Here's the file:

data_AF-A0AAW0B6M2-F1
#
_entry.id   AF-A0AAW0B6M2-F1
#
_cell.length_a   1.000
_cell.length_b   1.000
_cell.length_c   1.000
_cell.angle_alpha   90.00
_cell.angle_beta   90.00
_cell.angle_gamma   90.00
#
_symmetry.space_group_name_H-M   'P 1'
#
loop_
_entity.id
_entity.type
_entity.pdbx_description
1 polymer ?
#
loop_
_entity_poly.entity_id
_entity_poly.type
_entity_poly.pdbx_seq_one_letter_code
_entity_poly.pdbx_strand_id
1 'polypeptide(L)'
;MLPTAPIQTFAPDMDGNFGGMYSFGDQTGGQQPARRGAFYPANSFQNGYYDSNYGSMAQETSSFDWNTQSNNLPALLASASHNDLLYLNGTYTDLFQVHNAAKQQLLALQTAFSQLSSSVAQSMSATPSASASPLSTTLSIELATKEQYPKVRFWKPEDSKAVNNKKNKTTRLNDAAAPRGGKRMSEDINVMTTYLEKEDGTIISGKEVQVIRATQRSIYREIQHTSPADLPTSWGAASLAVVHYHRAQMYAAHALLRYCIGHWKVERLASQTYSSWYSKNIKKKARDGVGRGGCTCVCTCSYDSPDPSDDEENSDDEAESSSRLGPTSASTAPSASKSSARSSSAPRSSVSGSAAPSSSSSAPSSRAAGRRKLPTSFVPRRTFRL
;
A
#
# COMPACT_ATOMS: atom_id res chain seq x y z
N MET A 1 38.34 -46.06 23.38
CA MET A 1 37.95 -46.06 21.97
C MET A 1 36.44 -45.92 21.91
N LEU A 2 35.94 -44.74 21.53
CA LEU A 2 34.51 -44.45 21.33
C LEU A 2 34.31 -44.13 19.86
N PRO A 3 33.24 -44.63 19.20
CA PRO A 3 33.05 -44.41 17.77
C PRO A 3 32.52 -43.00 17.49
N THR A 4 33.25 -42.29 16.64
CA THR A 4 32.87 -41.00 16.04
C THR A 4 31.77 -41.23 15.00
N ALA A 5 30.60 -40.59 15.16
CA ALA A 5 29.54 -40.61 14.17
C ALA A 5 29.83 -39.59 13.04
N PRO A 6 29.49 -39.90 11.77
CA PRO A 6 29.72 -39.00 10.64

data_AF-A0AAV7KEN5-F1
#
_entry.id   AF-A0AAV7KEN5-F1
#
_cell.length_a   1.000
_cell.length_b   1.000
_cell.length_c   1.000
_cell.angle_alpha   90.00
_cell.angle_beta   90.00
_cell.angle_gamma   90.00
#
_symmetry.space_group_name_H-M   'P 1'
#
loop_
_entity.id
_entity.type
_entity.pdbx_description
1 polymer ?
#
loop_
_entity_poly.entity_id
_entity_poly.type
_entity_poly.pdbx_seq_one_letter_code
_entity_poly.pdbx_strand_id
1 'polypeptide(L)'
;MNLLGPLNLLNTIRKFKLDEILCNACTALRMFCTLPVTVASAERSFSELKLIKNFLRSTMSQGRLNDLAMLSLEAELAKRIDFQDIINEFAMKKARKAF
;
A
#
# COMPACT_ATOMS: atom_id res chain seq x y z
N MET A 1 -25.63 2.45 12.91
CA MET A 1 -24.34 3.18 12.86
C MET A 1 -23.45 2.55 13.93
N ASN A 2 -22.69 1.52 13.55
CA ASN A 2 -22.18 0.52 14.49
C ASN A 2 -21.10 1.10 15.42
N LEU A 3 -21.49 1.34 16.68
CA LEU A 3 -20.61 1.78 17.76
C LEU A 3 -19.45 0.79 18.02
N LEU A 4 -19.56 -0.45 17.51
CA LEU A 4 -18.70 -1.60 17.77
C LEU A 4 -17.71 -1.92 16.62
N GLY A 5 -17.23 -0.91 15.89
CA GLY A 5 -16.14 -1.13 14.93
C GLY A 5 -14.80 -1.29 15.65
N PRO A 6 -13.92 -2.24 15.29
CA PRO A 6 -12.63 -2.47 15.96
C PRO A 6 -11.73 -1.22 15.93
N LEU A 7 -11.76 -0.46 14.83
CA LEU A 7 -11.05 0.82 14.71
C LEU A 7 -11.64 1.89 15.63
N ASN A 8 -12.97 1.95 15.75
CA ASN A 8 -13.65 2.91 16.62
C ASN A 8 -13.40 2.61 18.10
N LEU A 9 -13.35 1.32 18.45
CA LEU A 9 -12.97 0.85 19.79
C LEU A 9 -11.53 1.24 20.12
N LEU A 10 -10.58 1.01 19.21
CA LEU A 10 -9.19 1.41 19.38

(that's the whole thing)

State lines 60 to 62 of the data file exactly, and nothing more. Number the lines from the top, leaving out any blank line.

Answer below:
#
loop_
_entity.id